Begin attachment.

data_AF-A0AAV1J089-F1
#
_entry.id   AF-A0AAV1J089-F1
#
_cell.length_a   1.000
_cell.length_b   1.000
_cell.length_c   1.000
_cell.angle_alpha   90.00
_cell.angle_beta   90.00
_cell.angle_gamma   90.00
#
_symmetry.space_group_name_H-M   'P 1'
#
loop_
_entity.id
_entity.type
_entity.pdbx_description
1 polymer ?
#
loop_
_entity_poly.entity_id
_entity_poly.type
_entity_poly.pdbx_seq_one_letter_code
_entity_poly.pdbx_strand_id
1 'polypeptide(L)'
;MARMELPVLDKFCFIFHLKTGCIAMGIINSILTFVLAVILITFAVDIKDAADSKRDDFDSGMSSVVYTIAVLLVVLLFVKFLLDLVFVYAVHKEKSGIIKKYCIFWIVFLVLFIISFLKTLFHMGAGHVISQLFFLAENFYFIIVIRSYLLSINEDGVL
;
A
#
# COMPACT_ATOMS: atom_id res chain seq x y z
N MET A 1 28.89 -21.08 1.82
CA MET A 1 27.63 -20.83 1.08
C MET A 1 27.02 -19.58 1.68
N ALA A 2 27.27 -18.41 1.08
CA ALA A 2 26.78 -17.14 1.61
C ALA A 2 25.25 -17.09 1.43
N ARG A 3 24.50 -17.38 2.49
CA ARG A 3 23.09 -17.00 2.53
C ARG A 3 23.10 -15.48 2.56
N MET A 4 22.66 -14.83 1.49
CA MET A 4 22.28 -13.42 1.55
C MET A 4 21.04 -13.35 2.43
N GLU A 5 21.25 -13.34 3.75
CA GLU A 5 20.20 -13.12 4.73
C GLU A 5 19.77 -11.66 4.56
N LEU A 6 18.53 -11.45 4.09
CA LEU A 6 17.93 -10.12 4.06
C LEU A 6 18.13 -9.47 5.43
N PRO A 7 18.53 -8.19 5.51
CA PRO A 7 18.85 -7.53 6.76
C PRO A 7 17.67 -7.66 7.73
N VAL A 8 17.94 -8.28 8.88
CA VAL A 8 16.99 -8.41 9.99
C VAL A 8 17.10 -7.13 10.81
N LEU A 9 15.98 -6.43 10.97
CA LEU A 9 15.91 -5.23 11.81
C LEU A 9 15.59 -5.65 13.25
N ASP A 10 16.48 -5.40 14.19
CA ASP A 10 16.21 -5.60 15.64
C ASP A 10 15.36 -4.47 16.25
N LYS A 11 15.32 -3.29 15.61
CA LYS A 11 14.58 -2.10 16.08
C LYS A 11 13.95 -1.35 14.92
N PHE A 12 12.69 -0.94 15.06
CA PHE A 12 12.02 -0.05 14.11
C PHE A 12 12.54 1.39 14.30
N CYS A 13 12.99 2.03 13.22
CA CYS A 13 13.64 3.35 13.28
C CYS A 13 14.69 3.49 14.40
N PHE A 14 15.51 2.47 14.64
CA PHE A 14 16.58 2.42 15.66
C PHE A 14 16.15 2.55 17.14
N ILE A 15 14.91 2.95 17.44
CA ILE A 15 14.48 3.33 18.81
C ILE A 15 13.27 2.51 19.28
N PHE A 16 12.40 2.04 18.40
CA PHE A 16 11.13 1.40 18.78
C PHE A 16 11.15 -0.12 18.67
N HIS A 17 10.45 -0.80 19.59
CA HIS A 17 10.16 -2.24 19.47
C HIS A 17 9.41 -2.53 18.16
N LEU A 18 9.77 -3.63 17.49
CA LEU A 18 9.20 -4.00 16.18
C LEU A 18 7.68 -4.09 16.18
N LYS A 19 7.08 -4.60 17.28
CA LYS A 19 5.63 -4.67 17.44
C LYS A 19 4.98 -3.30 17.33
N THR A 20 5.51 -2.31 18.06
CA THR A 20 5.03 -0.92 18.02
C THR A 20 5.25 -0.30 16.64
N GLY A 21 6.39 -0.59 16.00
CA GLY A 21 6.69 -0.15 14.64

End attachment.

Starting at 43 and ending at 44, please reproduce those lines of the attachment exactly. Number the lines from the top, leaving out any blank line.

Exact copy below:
N GLU A 5 21.25 -13.34 3.75
CA GLU A 5 20.20 -13.12 4.73